He says he has lots of brick and his mortar isn;t cement based so it wouldn;t be a difficult or expensive test nor would it be difficult or expensive to take it down
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Old 04-09-2016, 11:47 AM   #14
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Re: Industrial Chimney Designs?


Quote:
Originally Posted by dom-mas View Post

He says he has lots of brick and his mortar isn;t cement based so it wouldn;t be a difficult or expensive test nor would it be difficult or expensive to take it down


True. This thread prompted me to do a reasonable amount of googling on the topic. I was somewhat surprised that several articles said chimney design is still a tad bit a trial and error endeavor and do some experimenting.
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Old 04-09-2016, 12:26 PM   #15
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Re: Industrial Chimney Designs?


There are so many factors to consider, but the main thing is to have the outdoors be a lower pressure than inside the chimney. Gases move from areas of high pressure to low pressure as I'm sure we all know so unless something is forcing the gas/smoke down, it will follow the path to lowest pressure. Wind is the major factor in causing a downward force and it isn't just downdraughts, it also creates pressure differentials by blowing across the opening
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Old 04-10-2016, 12:26 AM   #16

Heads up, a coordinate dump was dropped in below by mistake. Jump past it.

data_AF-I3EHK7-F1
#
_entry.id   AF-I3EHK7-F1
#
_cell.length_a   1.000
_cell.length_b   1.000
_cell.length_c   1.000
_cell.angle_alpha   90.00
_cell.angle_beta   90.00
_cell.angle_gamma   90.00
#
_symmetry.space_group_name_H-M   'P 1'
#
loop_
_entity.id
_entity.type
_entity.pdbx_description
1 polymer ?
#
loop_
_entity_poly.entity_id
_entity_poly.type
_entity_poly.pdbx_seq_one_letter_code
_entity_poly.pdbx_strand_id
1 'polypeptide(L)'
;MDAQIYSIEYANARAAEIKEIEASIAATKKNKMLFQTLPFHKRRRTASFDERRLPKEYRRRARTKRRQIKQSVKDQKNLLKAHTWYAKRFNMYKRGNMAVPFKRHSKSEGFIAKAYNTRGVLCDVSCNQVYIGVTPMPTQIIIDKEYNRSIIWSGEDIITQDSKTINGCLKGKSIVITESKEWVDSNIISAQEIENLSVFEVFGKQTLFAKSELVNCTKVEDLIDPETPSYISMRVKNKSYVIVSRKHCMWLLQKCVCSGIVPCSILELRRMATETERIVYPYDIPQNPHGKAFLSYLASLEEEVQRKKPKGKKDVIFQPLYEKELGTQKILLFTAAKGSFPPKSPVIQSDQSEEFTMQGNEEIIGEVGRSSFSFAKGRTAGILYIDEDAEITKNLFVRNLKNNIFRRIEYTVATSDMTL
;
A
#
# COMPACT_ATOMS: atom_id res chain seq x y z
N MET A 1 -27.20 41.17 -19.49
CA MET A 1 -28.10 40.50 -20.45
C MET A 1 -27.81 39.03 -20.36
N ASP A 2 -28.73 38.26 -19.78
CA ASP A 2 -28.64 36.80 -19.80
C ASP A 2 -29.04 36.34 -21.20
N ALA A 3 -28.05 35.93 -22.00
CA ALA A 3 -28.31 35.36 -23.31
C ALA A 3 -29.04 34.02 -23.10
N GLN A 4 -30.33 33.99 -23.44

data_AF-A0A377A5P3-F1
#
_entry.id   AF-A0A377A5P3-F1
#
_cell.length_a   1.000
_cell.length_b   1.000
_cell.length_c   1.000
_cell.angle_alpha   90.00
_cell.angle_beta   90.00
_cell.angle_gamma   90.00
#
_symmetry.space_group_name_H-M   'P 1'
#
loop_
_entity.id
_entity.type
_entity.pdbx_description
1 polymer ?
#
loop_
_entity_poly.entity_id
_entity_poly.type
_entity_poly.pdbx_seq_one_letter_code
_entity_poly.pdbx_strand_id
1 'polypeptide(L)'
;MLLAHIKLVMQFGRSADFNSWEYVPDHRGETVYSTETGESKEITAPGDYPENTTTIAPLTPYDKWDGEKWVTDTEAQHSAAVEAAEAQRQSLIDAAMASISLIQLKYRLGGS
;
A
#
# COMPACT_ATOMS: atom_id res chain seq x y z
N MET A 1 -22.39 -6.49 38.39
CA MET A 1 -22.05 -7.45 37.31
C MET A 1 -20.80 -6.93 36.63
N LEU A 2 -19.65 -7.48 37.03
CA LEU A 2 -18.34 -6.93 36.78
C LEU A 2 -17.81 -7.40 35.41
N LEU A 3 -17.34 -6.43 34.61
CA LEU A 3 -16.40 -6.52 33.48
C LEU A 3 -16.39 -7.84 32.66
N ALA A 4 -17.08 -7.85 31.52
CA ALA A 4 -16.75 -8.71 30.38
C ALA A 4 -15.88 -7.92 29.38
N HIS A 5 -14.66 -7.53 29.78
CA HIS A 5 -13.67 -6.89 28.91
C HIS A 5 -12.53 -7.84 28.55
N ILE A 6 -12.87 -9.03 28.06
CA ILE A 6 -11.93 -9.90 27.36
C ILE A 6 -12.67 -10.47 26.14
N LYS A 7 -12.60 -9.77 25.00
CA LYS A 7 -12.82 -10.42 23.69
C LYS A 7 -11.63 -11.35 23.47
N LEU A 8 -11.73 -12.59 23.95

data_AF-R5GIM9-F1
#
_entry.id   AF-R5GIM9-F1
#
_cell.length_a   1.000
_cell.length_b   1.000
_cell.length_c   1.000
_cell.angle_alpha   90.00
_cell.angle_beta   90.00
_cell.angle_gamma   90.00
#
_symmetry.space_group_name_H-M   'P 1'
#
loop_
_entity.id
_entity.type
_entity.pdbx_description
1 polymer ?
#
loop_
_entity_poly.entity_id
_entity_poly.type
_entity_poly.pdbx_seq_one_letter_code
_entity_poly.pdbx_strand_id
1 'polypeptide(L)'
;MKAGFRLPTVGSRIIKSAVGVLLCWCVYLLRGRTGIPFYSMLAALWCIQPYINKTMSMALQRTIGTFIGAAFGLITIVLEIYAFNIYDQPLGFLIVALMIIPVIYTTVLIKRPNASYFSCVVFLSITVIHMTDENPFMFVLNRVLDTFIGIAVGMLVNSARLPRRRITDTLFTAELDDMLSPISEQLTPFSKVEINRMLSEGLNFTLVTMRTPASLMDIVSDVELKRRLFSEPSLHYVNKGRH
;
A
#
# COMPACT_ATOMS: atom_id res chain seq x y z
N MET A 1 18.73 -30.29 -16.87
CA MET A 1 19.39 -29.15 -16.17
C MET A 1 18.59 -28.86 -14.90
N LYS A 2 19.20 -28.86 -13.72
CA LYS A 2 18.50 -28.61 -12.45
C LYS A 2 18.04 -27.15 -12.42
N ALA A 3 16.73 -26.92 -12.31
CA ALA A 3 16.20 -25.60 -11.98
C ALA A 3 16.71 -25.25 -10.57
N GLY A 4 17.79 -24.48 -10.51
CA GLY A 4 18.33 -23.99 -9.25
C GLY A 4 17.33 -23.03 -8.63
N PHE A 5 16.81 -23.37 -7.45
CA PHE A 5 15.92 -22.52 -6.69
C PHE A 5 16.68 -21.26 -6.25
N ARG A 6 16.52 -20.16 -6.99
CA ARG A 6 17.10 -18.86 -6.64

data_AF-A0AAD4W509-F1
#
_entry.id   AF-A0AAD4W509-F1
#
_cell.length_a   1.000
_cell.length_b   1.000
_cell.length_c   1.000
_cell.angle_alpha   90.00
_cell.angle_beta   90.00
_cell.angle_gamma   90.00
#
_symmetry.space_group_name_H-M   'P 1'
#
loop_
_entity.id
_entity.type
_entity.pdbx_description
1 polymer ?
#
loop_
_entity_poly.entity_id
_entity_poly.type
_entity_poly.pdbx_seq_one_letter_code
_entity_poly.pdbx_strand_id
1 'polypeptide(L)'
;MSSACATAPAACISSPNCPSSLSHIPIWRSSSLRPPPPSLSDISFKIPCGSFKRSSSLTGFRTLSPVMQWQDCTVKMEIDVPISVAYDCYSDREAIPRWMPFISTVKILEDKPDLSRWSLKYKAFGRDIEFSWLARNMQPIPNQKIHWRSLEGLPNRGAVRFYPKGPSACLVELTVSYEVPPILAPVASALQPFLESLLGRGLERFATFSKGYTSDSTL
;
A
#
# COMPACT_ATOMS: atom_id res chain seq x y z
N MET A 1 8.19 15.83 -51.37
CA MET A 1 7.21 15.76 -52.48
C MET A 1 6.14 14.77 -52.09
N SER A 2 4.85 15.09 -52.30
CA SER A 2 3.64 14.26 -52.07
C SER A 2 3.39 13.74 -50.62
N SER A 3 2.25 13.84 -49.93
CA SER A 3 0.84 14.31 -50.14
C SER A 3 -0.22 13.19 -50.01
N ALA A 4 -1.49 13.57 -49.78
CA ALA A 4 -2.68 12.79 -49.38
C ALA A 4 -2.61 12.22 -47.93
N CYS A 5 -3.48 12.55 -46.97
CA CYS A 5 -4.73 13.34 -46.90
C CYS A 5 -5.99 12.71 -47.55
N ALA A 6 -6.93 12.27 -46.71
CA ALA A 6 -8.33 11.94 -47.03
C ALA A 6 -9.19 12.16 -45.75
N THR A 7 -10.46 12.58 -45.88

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Re: Industrial Chimney Designs?


Oh great! more trial and error.

So in my inexperience I did not leave an opening on the wind side at the top. is that a mistake.

And now i realize maybe i should not cover the chimney, at least not during firing. So i am blocking wind blowing over the top. mistake?

dom-mas and fjn and others any thoughts?

So i will pull down the top section and build a single brick on the outside. see what a wider opening does. then i can try narrowing the inside on the next one. but it was drawing pretty well but not extracting as fast as i would of liked .
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Old 04-10-2016, 09:11 AM   #17
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Re: Industrial Chimney Designs?


My thoughts are that once your kiln is roaring it's hot enough that the gases will want to rise no matter what shape the chimney is...it's only until it gets hot enough that you might have issues.

You want as much wind as possible to skim across the top of the chimney....UNLESS there are buildings, or trees or something else on the prevailing wind side that is taller than the chimney and will force the wind downwards as it comes towards the kiln. If you are fairly open, get the chimney as high as possible and then try opening it up a little up top. My understanding is that if you only tighten up you will still get velocity increase, but since the area is smaller you won't move anymore smoke...if you tighten up, then open up you will get the increase in velocity but it will be moving through a larger area moving more smoke. That's why a smoke shelf works...large area in the firebox, tightening at the throat which then opens up again in the chimney area.

But if you're happy with it...don;t fix it. If i had your access to materials I'd be experimenting quite a bit though
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Old 04-10-2016, 11:45 PM   #18
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Re: Industrial Chimney Designs?


It takes like 4 hours for the draft to start. I can live with that and the fire is a long ways and 2.5 m of stacked bricks to get to the chimney.

I would like it to pull more hot air out of the space between stacked bricks and vault roof on the third day onward. On the other hand that air is probably hot enough to fire bricks and maybe i should just add bricks.